When Far Cry 3: Blood Dragon came out in the summer of 2013, it was like a nostalgia lighting rod. I liked the original Far Cry 3 just fine, but its premise of modern piracy dragged on far too long and its main character was depressingly banal. Its spinoff, Blood Dragon, was as far removed as you could get from Far Cry 3 without switching to a new engine. It was a surprisingly substantial spinoff, retaining most of the core gameplay but reinvigorated by immersion in self-referential 80s pop culture. As cyber-commando Rex Power Colt, a veteran of Vietnam War II, your mission was to infiltrate a rogue terrorist cell masterminded by your former mentor. The game took place in the high-tech “future” of 2007. Rex was voiced by none other than Michael Biehn, star of Reagan-era hits like Terminator and Aliens.
Splashed with neon, thumping with synth music composed by retro tribute band Power Glove, and infused with the style of a thousand 80s action movies and G.I. Joe episodes, Blood Dragon felt like an accidentally perfect game. This was a game published by Ubisoft, a company notorious for rehashing successful formulas, for literally crushing the fun out of every franchise they owned by turning franchises like Assassin’s Creed into glorified grocery shopping lists. How could they possibly release something so irreverent, so gleefully immature and self-aware, one of the most entertaining guilty pleasures of the last five years?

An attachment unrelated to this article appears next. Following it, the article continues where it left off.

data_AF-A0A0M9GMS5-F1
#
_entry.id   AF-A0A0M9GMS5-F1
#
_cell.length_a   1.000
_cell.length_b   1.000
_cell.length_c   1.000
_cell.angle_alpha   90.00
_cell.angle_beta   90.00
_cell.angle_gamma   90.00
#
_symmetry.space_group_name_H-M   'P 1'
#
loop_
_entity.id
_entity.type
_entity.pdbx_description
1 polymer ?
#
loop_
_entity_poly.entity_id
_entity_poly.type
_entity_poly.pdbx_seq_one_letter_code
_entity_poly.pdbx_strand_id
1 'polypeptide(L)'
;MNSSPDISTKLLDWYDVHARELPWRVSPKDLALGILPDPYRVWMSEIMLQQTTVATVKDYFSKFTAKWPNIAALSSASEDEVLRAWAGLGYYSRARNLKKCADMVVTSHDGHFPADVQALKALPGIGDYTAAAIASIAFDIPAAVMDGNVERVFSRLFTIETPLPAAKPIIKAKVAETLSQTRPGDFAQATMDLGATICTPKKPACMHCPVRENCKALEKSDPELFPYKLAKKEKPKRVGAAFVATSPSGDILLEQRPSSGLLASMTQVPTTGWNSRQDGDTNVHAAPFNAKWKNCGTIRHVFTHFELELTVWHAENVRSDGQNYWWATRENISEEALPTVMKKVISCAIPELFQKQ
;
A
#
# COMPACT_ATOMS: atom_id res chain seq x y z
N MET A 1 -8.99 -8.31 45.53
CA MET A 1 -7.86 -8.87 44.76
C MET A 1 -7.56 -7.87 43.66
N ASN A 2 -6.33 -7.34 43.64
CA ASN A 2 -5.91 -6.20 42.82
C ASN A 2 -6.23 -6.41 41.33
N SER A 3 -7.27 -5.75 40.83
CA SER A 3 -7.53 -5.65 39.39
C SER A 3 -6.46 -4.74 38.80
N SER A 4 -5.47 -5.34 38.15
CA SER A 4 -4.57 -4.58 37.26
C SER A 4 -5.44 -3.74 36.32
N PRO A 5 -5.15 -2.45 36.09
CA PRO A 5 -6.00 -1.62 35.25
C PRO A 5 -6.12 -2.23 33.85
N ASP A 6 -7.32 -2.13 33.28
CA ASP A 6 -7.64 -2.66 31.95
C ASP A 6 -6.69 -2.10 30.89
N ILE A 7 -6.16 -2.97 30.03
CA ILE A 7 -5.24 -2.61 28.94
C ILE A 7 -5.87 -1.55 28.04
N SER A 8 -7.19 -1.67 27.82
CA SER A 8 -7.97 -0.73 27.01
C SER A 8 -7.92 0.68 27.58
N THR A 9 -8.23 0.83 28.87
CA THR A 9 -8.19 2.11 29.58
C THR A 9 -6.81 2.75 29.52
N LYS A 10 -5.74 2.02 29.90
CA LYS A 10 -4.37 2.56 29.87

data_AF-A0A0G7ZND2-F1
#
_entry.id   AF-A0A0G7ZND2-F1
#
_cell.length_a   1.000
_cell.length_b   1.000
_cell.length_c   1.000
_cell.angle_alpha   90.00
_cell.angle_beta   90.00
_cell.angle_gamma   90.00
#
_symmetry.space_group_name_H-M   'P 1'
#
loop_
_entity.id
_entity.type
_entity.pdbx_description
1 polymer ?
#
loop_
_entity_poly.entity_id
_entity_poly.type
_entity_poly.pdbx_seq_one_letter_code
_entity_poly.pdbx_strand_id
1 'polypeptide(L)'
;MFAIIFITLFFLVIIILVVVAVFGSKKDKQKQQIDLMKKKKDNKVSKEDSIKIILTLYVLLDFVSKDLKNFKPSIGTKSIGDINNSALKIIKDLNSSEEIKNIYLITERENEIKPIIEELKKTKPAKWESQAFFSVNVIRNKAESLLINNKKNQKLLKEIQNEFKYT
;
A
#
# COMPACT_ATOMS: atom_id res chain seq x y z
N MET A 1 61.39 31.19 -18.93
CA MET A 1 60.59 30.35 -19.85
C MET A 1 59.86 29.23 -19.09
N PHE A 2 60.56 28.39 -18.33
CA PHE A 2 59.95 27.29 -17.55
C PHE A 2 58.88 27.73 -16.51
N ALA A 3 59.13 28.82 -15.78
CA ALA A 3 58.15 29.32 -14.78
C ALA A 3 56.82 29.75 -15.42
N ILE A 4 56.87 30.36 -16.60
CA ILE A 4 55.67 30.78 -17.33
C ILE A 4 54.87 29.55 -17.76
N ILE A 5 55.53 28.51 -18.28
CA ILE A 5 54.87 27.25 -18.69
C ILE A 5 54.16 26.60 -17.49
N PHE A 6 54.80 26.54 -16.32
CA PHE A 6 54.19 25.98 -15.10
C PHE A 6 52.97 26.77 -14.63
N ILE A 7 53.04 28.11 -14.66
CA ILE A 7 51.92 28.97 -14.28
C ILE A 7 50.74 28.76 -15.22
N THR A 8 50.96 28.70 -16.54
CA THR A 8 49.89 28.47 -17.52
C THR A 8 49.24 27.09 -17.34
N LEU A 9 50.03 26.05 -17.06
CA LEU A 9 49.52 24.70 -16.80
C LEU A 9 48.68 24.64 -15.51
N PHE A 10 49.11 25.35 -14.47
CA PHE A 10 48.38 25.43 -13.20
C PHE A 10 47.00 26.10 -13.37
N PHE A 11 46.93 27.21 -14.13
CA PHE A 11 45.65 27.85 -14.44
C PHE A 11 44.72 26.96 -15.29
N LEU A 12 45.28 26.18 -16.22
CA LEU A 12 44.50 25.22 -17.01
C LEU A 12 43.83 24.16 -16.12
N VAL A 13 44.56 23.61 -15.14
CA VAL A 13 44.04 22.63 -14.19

As I suffered through Trials of the Blood Dragon, I found myself asking that question over and over again. Trials of the Blood Dragon feels less like Ubisoft intentionally ruined their most promising spinoffs, and more like they accidentally dropped it on the floor and broke it into a million pieces. There’s no way a bad idea of these proportions happened intentionally.
Most people would not mix cookie dough ice cream with hot, salty buttered popcorn in a bowl and eat it with a fork. But that’s essentially what Ubisoft has done with Trials of the Blood Dragon. They’ve taken the nostalgic, slightly naughty guilty pleasures of Blood Dragon and awkwardly smashed them together with the addictive arcade repetition of the Trials motocross series. The result is distinctly unappetizing, and it’s really a shame because both of these things are just fine on their own.
If you aren’t familiar with Trials, it’s a long-running 2.5D motorcycle platformer developed by Finnish studio RedLynx. It started in 2000 as a simple Java-based game, eventually spawning four sequels and a multitude of spinoffs. The series places a heavy emphasis on trial and error and mastering the delicate physics of motocross bikes. The games have always had a dry, BBC-esque wit to them, but nothing approaching the full-bore sarcasm and 80s tongue-in-cheek of Blood Dragon. However, Ubisoft somehow decided that the best place to take Blood Dragon next was a Trials game.